Complexity in Consumer Electronics Considered Harmful

Jason SachsOctober 1, 20111 comment

I recently returned from a visit to my grandmother, who lives in an assisted living community, and got to observe both her and my frustration first-hand with a new TV. This was a Vizio flatscreen TV that was fairly easy to set up, and the picture quality was good. But here's what the remote control looks like:

You will note:

  • the small lettering (the number buttons are just under 1/4 inch in diameter)
  • a typeface chosen for marketing purposes (matching Vizio's "futuristic" corporate typeface) rather than readability
  • the use of abbreviations (HDMI, AV), symbols ("-") and colors, with no obvious purpose unless you're familiar with the device's operation

My grandmother has trouble seeing, has arthritis, and has trouble keeping more than a few details in her head at any given time. We tried to teach her how to use the TV remote, and by mistake instead of pressing the up/down volume control, she hit the "media" button and all of a sudden a menu popped up on the TV, in relatively small print, asking which USB port she wanted to browse. (I guess this TV lets you watch pictures on USB thumb drives.) We had to take the remote away from her and spent another 5 minutes figuring out how to get the TV back to normal. Even the on/off button was problematic: although the TV turns off instantly, it takes a few seconds to turn on, with no obvious indication that anything has happened until the "VIZIO" logo pops up.

After some time watching her frustration, I resolved to get a better remote control, one that wouldn't let her get the TV stuck in some weird mode that she couldn't get out of without having someone come to her rescue every time she pressed the wrong button.

My aunt and I found an RCA universal remote that looked promising at Walmart for under $10:

We tried it at the TV at their house (they also have a Vizio TV), and it looked ok. But then when we tried letting her use it, she had trouble again. This time, the TV wouldn't get stuck in the wrong mode, but the remote control did -- if you press DVD then it goes into DVD mode, and none of the buttons take effect, or if you press the "menu" button it gets stuck in another mode and flashes a red LED -- not returning to its normal mode until you press the TV button. And she got confused with the different placement for the channel and volume controls.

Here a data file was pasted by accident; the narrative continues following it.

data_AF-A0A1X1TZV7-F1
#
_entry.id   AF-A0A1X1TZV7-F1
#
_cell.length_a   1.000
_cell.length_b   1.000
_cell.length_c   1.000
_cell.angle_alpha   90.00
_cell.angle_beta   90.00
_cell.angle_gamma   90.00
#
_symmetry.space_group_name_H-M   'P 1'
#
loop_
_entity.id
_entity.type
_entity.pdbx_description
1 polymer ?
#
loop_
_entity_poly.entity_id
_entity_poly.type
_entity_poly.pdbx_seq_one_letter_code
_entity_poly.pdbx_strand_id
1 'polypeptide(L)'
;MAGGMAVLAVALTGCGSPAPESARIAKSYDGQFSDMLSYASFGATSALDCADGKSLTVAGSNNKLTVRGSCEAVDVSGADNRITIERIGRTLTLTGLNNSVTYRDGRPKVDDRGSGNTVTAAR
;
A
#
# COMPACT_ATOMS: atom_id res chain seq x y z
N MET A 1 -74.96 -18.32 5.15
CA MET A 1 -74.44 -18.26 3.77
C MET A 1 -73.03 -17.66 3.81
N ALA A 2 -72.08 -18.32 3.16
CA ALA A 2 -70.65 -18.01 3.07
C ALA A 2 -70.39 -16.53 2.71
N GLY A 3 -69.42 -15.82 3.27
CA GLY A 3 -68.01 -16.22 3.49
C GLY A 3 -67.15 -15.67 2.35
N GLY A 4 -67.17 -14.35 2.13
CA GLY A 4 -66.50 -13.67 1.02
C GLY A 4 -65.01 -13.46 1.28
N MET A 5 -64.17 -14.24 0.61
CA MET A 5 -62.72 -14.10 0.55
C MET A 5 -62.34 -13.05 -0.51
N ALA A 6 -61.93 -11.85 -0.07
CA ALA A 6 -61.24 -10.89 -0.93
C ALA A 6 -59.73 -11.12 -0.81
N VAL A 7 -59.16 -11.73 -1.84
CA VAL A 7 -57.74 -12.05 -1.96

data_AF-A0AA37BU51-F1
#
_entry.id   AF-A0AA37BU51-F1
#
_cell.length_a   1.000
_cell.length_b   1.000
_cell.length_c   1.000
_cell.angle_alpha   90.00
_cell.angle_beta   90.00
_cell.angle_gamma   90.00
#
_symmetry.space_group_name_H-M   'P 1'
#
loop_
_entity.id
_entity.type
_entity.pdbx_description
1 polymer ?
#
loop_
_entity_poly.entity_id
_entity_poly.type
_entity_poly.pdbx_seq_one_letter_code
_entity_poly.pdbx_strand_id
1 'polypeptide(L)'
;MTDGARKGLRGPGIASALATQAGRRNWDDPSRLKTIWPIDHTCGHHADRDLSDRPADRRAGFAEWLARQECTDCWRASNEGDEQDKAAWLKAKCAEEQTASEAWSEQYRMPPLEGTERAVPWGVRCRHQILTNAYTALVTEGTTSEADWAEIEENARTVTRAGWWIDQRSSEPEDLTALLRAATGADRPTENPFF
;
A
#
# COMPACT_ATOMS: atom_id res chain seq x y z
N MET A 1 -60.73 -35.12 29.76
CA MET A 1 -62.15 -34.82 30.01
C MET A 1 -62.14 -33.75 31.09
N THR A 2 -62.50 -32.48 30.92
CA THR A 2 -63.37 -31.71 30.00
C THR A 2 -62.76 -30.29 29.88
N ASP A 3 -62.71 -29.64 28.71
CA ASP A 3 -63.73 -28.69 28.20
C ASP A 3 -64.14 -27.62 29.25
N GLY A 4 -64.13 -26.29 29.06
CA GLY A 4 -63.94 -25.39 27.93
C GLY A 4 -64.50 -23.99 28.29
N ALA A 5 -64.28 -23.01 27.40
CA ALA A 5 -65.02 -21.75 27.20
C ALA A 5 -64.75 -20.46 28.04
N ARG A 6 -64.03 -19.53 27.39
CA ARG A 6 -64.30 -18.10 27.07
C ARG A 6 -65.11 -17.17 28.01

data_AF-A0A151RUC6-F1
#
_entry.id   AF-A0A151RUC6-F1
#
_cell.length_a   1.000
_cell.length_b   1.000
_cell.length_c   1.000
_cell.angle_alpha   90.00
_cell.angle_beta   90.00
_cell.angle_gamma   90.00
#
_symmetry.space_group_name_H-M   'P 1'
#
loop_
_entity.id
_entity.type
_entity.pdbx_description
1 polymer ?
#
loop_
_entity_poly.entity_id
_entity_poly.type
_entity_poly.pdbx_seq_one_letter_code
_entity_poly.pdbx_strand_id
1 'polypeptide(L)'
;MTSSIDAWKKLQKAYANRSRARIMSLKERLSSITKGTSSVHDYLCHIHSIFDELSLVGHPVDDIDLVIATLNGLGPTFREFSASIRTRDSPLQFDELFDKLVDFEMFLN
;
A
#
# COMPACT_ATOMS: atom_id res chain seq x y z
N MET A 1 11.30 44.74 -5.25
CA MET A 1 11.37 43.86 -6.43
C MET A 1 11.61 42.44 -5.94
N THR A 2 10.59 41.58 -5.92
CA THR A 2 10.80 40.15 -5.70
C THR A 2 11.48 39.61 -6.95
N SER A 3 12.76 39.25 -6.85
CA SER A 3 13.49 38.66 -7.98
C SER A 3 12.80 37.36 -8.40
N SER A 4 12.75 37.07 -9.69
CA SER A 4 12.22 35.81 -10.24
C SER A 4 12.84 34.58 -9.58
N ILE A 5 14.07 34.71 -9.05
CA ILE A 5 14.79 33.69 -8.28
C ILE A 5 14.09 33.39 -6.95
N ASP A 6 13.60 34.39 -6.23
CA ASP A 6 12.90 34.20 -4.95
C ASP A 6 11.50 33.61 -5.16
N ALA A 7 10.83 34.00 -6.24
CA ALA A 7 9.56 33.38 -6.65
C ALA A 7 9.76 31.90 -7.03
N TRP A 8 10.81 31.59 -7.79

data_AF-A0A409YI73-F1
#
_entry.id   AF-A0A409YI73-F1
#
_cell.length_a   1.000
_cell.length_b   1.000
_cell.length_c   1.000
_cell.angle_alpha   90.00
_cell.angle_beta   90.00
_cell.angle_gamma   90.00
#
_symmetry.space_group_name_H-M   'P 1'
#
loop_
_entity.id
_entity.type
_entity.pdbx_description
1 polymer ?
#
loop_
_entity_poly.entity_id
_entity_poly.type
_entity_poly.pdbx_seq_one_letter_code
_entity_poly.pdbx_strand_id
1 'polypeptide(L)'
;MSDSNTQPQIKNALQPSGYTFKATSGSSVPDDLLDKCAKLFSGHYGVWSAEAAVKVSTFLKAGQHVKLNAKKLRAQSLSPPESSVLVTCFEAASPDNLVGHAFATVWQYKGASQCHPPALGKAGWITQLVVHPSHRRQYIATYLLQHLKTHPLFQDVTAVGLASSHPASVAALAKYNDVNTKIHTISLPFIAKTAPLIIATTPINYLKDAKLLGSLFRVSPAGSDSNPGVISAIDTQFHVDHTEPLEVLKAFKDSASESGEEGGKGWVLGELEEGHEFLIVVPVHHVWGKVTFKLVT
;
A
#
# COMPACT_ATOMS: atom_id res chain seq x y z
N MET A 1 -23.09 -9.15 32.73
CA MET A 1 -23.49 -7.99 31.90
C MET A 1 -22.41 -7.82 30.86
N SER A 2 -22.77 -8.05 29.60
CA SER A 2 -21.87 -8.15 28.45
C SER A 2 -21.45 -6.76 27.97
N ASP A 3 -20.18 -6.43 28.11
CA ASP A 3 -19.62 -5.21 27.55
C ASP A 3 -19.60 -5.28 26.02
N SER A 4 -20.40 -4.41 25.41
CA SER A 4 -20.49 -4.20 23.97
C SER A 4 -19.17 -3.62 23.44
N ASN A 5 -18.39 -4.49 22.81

We ended up taking the RCA remote back, and just telling her where the channel/volume controls and the on/off button were on her Vizio remote, and telling her repeatedly to NOT press any other buttons.

So what does this have to do with embedded systems design? Any of you who are designing embedded systems have some kind of customer -- either yourself, or your friends and family, or your employer, or another company and its employees, or consumers. And unless that customer can use your device, the customer will not use your device -- perhaps this is an obvious statement, but it seems to have been overlooked by many manufacturers -- even if its technical specs are very good.

You also cannot assume your device has any place of importance in your customers' lives. It will be competing for their attention, not just against other consumer electronic devices (the cell phone, the computer, the microwave, the radio, the television, the car, the DVD... the list goes on and on), but also against many other people and problems. The complexity of your device, if it relies on anything but an intuitive use, is a liability that can send it back to the retailer for a product return, or if not there, then in the back of a closet or storage shed, along with a latent story of frustration just waiting to be told, should the consumer be reminded of your brand.

Now back to the television.

Let's think about this for a second.

99% of the time when you use a television, you want to do one of the following things:

  • turn it on or off
  • turn the volume up or down
  • change the channel

That's it. If you have a DVD or VCR, then there's

  • changing from watching broadcast TV to the DVD/VCR, and vice-versa
  • controlling the DVD/VCR operation (play/rewind/stop/pause/etc.)

Nearly everything else is there for some obscure setup or adjustment (tweaking the color/contrast, setting the time/language/etc.) or some odd special feature of the TV that you want to use (e.g. displaying photographs from a USB drive).

So why are the buttons of the common features interspersed with all these other weird buttons?